The fundamental challenge is, "How can it be done?" Seven to nine board members meet for a couple of hours once a month, with an annual or semi-annual retreat. They need to know what a diversely opinioned membership expects. They need to synthesize those diverse opinions in a way that represents all and that will guide cooperative direction and decisions. They then need to have some way of ensuring expectations are met and some way of accounting to the members. Factor in the likelihood that none of these seven to nine board members may have any retail business experience and that they each have their own opinions, and the challenge is even more daunting.
This challenge is not unique to cooperatives. Any governing board, from elected officials to major corporate boards, faces the same challenge. However, cooperatives do have the advantage of guiding principles that put cooperative values into practice. The cooperative commitment to accountability is evident throughout these principles. Given the level of public trust that cooperatives enjoy, much has gone right.
Yet, assuring cooperative accountability is still a challenge, one with growing stakes. To be effective over time, a cooperative needs to be effectively managed and responsive to changing market conditions. The marketplace is increasingly competitive, and cooperative membership is increasingly diverse, including more and more people who don't know what a cooperative is beyond the product and service they are receiving. Both managing and accountability require effective tools--process, structure, and practices--and handling one without the other jeop-ardizes cooperative values and assets.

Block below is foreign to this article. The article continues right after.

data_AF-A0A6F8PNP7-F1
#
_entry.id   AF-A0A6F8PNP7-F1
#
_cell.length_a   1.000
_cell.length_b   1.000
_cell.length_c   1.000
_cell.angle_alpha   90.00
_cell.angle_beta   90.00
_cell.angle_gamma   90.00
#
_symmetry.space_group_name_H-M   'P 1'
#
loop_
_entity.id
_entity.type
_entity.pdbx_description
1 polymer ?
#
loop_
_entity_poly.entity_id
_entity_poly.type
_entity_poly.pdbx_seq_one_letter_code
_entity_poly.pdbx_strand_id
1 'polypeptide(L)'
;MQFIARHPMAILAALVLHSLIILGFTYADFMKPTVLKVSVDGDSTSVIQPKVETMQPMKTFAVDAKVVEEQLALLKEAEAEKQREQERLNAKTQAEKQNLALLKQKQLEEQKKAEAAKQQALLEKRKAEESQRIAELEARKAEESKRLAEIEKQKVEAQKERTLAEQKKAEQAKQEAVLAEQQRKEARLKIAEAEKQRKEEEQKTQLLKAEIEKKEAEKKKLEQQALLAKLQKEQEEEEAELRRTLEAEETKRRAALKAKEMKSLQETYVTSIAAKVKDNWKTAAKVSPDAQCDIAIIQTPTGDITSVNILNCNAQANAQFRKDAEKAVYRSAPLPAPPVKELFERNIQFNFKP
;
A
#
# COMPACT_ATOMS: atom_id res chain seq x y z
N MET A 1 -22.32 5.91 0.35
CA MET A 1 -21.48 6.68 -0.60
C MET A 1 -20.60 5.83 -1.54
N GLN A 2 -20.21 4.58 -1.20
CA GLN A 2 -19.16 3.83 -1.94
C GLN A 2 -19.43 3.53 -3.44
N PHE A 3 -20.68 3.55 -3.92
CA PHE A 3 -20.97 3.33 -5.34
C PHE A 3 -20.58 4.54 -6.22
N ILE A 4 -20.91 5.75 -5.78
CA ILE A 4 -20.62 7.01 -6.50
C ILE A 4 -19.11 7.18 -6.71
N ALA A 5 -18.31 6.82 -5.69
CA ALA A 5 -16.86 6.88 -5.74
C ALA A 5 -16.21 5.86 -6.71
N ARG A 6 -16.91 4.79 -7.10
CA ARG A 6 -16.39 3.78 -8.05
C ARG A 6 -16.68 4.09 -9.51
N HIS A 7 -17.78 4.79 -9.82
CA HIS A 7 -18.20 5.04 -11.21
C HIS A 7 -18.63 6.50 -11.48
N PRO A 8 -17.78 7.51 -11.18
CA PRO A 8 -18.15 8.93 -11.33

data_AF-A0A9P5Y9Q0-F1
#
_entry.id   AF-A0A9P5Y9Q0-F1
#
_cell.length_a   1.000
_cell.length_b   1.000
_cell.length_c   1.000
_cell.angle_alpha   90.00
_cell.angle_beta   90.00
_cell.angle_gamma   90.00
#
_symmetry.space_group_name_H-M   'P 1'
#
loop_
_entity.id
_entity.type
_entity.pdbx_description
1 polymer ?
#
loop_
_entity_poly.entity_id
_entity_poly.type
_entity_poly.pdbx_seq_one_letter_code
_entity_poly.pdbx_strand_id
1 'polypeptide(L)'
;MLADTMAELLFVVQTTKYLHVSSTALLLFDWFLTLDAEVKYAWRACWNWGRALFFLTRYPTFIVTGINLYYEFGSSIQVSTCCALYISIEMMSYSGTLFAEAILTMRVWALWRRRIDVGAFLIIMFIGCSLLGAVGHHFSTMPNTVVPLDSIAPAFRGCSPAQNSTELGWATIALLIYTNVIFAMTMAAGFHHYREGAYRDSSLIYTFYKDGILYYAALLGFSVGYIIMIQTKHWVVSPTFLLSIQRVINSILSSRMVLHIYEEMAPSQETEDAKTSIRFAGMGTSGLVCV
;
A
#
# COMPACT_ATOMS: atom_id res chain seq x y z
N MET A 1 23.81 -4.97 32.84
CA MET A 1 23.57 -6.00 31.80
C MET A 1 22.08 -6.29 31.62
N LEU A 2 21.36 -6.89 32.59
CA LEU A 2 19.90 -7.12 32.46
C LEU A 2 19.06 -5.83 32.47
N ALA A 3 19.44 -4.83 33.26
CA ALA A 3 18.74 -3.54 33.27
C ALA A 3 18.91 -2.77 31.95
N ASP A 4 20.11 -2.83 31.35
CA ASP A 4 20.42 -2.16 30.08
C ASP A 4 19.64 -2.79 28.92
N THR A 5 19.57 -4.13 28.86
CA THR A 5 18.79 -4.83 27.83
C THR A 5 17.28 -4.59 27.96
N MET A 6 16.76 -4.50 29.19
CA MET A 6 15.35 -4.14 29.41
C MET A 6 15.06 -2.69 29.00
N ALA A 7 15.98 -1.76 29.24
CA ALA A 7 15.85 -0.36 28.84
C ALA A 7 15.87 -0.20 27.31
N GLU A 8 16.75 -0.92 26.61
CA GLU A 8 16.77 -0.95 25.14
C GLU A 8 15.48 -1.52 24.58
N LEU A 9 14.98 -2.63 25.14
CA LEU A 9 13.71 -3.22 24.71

Traditionally, boards across all sectors have borrowed from the best practices of management to do their job. They oversee managerial decisions or take on certain operations-related work and decisions in such areas as strategic planning, relocation, or personnel. Boards usually involve themselves in areas that, among others, will have a significant impact on how people are treated, where the cooperative is going, or anything aligned with member interest. Many cooperatives are also set up to involve the members themselves in 'major' decisions. In these cases, members have reserved certain decisions about the cooperative for themselves in the by-laws.
A cooperative's focus on members' interests, whether by involving members directly or through a board operating on their behalf, is a key contributor to the public's high regard for cooperative ethics and accountability. Cooperatives are responsive to members to a greater degree than other businesses. Cooperatives are intended to ensure member interest is met, the fundamental intent of accountability.